In an interview with Rolling Stone about the musical phenomenon Hamilton, Lin-Manuel Miranda describes his moment of insight that hip-hop and the story of the founding fathers are inextricably linked: When a hurricane destroyed Hamilton’s childhood home, he wrote a poem about the storm that was so good that local business leaders agreed to send him to New York for an education.
“The second he writes a poem to get himself off the island, I was like, ‘Well, that’s very hip-hop,’ “ Miranda said. “To literally write verse that gets you out of your circumstances that’s about how terrible your circumstances are, I mean, that’s everyone from Jay Z and Marcy to Lil Wayne writing about Hurricane Katrina. As I was reading the book, all these hip-hop analogies couldn’t help but pop up.”
For as long as people have worked to drive change, music has amplified their efforts, brought new people in, and inspired others. Films and stories create empathy and present fresh perspectives on stereotypes. When music, books, film and comedy accompany movements, change happens.
Social movements have soundtracks.
On February 25, 2016, we’ll launch Changeville, a film, music, comedy and virtual reality festival that connects artists, storytellers, comedians and movement builders. Set among the coffee shops, music venues and tech companies that define Gainesville, Florida’s downtown, Changeville draws on the energy and innovation of the city’s growing technology and media culture. Screenings, exhibits and shows are open to all moviegoers and music lovers.
This music and storytelling festival is the intersection where passionate filmmakers, digital media innovators and musicians cross paths with professionals who build movements and drive positive social change.
What if people determined to use their art to drive change had a place to connect with others who believe as fervently as they do that their songs and stories can make a difference? And what if they could also connect with funders who invest in these efforts, strategists who focus on calls to action and scholars who invest their efforts in generating new knowledge that can make change happen and bring more people to the table?
In the classes I teach in public interest communications at the University of Florida, I teach my students to focus their communications efforts on the smallest possible audiences, those whose change in behavior or reversal of decision will create the change they seek. Do we need more gender-neutral restrooms for transgendered students? Go to the folks at physical plant who approve building and maintenance plans. That kind of focused thinking is critical to making the most of the always too-meager resources available to drive change.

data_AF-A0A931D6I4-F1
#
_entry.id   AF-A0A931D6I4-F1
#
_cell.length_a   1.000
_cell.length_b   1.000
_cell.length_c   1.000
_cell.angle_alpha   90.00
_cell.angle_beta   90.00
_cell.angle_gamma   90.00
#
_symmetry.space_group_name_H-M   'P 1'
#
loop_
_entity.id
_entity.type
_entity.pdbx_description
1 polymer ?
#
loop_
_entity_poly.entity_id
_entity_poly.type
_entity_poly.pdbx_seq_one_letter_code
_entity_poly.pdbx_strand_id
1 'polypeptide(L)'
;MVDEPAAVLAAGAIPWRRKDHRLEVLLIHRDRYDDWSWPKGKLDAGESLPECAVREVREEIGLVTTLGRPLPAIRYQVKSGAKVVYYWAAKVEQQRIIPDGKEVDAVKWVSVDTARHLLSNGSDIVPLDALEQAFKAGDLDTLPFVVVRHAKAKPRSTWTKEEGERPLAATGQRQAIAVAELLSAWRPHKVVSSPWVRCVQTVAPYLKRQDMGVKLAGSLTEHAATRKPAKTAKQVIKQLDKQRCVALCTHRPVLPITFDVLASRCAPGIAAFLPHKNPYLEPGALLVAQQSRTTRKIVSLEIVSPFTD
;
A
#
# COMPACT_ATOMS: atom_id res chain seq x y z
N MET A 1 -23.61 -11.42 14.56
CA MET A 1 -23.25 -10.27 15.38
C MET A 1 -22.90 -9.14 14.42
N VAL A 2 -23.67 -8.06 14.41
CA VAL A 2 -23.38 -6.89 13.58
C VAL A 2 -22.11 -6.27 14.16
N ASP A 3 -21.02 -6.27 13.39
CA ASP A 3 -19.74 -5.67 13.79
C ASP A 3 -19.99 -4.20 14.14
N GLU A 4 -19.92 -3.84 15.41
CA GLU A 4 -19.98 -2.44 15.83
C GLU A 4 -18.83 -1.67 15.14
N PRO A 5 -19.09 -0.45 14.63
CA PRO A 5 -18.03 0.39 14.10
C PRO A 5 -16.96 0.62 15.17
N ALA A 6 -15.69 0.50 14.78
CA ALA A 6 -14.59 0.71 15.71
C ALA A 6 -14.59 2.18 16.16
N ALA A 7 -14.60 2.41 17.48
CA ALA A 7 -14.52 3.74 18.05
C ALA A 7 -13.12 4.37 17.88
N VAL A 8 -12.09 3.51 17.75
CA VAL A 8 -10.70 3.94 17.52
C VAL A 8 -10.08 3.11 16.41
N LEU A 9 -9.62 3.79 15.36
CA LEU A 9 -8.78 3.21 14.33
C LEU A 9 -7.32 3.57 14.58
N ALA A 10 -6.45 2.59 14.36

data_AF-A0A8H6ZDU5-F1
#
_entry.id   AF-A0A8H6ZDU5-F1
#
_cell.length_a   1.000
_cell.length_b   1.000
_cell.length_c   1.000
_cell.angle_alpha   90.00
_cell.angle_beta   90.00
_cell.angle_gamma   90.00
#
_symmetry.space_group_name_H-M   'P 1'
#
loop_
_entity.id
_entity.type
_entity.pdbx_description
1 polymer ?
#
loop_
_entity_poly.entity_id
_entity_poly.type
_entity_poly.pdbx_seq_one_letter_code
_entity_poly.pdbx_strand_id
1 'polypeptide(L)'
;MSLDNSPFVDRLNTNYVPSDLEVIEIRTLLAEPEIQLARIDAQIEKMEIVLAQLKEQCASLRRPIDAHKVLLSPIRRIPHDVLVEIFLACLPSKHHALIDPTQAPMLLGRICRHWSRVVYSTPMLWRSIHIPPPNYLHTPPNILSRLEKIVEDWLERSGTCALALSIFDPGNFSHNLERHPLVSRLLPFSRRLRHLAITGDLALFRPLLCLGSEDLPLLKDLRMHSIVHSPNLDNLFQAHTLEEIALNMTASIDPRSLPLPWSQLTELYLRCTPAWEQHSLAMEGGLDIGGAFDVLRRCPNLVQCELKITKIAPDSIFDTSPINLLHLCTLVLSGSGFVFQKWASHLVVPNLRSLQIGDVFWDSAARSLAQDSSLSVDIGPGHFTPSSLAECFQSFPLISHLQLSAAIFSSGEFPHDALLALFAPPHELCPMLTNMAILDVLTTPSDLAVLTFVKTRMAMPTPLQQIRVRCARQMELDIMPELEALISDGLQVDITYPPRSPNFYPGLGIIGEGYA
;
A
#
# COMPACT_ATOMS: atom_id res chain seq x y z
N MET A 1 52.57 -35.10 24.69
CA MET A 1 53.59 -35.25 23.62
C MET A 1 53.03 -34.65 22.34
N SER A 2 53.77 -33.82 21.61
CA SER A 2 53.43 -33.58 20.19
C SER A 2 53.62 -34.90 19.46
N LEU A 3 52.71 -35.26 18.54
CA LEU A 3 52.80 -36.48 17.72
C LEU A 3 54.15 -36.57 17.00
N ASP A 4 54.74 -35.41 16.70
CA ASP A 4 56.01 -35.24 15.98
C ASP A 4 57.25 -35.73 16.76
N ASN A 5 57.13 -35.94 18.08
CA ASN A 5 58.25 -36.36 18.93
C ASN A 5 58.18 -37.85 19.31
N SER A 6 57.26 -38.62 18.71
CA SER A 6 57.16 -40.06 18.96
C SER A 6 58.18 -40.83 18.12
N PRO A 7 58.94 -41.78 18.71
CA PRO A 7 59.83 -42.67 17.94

But in the face of persistent racism, deeply entrenched intolerance of same-sex couples or continued global warming, we require a cultural movement. While policy might make it illegal for a bank to withhold a loan from a family of color moving into a white neighborhood, only cultural change will ensure that that family is welcomed with enough warmth that they encourage other friends to move there too.
There are plenty of successes that show that when pop culture and social change objectives connect, changes move from the fringes of society to the mainstream. For example, the concept of the designated driver quickly gained traction in the 1980s when writers from two popular sit-coms wrote the idea into their script. In a matter of months, the concept was firmly entrenched in Americans’ minds, along with a significant drop in deaths associated with drunken driving.
More recently, Sea World’s stock value plummeted when the compelling stories behind the animals in their parks came to light through the documentary Blackfish.
And just as Billy Holiday’s Strange Fruit shined a light on tragedy of lynchings and Nina Simone’s haunting voice inspired and connected the civil rights movement, Kendrick Lamar has become the soundtrack of Black Lives Matter.
This year’s Changeville is just the beginning of what we hope will become a vibrant creative community among those using their art and storytelling abilities to drive change, while also creating a shared destination for those who create and appreciate this kind of work. We’re hosting it against the backdrop of two conferences that bring together many of the communities instrumental to creating change. The first is frank, a gathering that brings together movement builders from throughout the world to connect and share the best of what they know, the second is Journalism Interactive, which connects the foremost educators in digital journalism and industry leaders.
We’re starting Changeville modestly with a handful of great bands, including the Mountain Goats and Hooray for the Riffraff, and finding Gainesville bands who share their passion for using music to drive change. We’ll bring in films that use stories to drive change, and virtual reality creators who are using this format to create empathy and transport those who experience their work to new environments. And finally, we’ll bring in comedians who use their work to comment on social and racial justice.
It’s our hope that Changeville will grow over the years, and that Gainesville will become as much of a destination for people of purpose as Austin is for the tech world.
Early bird tickets are $25 until January 30. Following, tickets will be $29. The week of Changeville, tickets will be $35.
Changeville is hosted by the University of Florida College of Journalism and Communications with support from local businesses.